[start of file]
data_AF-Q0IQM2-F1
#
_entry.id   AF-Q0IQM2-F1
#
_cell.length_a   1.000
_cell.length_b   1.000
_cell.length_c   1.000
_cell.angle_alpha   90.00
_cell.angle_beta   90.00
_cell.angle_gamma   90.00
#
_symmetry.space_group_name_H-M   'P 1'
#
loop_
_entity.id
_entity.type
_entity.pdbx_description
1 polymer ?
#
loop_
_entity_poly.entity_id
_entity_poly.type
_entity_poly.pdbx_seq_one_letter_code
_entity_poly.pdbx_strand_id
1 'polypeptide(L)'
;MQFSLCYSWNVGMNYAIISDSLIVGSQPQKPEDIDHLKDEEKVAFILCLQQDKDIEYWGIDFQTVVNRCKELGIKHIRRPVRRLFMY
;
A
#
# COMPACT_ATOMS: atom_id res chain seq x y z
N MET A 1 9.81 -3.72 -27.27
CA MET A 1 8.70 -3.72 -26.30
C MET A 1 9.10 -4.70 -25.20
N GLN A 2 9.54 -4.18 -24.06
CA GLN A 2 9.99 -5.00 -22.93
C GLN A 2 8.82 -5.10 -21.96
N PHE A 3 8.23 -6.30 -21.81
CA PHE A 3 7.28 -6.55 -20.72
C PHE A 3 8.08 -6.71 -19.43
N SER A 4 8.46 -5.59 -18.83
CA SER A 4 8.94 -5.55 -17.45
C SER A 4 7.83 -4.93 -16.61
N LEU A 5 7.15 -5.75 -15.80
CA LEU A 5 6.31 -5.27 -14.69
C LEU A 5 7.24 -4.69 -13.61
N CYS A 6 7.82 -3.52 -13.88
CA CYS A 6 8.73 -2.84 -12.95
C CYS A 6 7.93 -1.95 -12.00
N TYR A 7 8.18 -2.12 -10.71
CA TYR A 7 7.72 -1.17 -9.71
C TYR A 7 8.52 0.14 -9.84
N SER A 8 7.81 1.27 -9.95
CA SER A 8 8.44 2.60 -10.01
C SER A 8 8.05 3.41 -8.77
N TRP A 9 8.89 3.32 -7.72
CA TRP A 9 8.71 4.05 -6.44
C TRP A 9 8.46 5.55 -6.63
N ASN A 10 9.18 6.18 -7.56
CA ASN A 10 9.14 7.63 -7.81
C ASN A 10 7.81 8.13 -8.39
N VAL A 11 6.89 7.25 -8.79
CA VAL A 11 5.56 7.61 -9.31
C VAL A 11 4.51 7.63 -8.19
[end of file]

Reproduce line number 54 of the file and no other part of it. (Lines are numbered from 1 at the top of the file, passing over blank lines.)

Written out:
C SER A 8 8.05 3.41 -8.77